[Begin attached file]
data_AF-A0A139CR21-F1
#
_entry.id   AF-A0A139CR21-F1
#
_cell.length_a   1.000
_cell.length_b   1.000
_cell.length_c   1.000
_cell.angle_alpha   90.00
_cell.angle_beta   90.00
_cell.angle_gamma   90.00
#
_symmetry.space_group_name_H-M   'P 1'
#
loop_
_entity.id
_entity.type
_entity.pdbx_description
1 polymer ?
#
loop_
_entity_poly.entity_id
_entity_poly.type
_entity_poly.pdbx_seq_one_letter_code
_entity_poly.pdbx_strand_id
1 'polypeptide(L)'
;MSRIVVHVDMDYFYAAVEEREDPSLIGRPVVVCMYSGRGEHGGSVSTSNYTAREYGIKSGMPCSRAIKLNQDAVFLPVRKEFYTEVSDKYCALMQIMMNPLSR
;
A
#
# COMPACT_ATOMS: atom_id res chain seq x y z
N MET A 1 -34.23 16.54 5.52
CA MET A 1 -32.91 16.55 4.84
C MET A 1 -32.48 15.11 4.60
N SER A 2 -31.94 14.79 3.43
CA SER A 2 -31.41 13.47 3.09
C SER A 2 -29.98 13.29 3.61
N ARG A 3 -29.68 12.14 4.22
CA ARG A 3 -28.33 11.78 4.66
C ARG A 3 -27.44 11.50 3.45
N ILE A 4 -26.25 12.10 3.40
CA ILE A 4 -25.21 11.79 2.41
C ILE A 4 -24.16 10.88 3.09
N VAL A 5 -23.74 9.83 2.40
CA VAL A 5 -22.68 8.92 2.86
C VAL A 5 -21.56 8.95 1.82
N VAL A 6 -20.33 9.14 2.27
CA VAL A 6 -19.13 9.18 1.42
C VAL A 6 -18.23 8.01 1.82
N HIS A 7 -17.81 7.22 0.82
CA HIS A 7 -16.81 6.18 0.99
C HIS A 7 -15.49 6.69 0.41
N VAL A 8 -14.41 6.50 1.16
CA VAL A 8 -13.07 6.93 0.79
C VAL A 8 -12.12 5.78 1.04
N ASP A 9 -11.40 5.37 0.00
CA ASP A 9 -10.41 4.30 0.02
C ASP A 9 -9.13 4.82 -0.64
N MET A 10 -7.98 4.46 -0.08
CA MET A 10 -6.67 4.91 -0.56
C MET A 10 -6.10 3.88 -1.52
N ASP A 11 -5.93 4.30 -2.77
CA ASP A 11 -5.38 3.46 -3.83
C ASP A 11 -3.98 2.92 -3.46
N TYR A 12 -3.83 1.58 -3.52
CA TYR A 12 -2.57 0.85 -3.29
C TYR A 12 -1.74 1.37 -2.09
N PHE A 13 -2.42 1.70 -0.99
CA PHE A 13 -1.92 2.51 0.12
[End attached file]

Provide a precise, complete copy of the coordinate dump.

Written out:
data_AF-A0A139CR21-F1
#
_entry.id   AF-A0A139CR21-F1
#
_cell.length_a   1.000
_cell.length_b   1.000
_cell.length_c   1.000
_cell.angle_alpha   90.00
_cell.angle_beta   90.00
_cell.angle_gamma   90.00
#
_symmetry.space_group_name_H-M   'P 1'
#
loop_
_entity.id
_entity.type
_entity.pdbx_description
1 polymer ?
#
loop_
_entity_poly.entity_id
_entity_poly.type
_entity_poly.pdbx_seq_one_letter_code
_entity_poly.pdbx_strand_id
1 'polypeptide(L)'
;MSRIVVHVDMDYFYAAVEEREDPSLIGRPVVVCMYSGRGEHGGSVSTSNYTAREYGIKSGMPCSRAIKLNQDAVFLPVRKEFYTEVSDKYCALMQIMMNPLSR
;
A
#
# COMPACT_ATOMS: atom_id res chain seq x y z
N MET A 1 -34.23 16.54 5.52
CA MET A 1 -32.91 16.55 4.84
C MET A 1 -32.48 15.11 4.60
N SER A 2 -31.94 14.79 3.43
CA SER A 2 -31.41 13.47 3.09
C SER A 2 -29.98 13.29 3.61
N ARG A 3 -29.68 12.14 4.22
CA ARG A 3 -28.33 11.78 4.66
C ARG A 3 -27.44 11.50 3.45
N ILE A 4 -26.25 12.10 3.40
CA ILE A 4 -25.21 11.79 2.41
C ILE A 4 -24.16 10.88 3.09
N VAL A 5 -23.74 9.83 2.40
CA VAL A 5 -22.68 8.92 2.86
C VAL A 5 -21.56 8.95 1.82
N VAL A 6 -20.33 9.14 2.27
CA VAL A 6 -19.13 9.18 1.42
C VAL A 6 -18.23 8.01 1.82
N HIS A 7 -17.81 7.22 0.82
CA HIS A 7 -16.81 6.18 0.99
C HIS A 7 -15.49 6.69 0.41
N VAL A 8 -14.41 6.50 1.16
CA VAL A 8 -13.07 6.93 0.79
C VAL A 8 -12.12 5.78 1.04
N ASP A 9 -11.40 5.37 0.00
CA ASP A 9 -10.41 4.30 0.02
C ASP A 9 -9.13 4.82 -0.64
N MET A 10 -7.98 4.46 -0.08
CA MET A 10 -6.67 4.91 -0.56
C MET A 10 -6.10 3.88 -1.52
N ASP A 11 -5.93 4.30 -2.77
CA ASP A 11 -5.38 3.46 -3.83
C ASP A 11 -3.98 2.92 -3.46
N TYR A 12 -3.83 1.58 -3.52
CA TYR A 12 -2.57 0.85 -3.29
C TYR A 12 -1.74 1.37 -2.09
N PHE A 13 -2.42 1.70 -0.99
CA PHE A 13 -1.92 2.51 0.12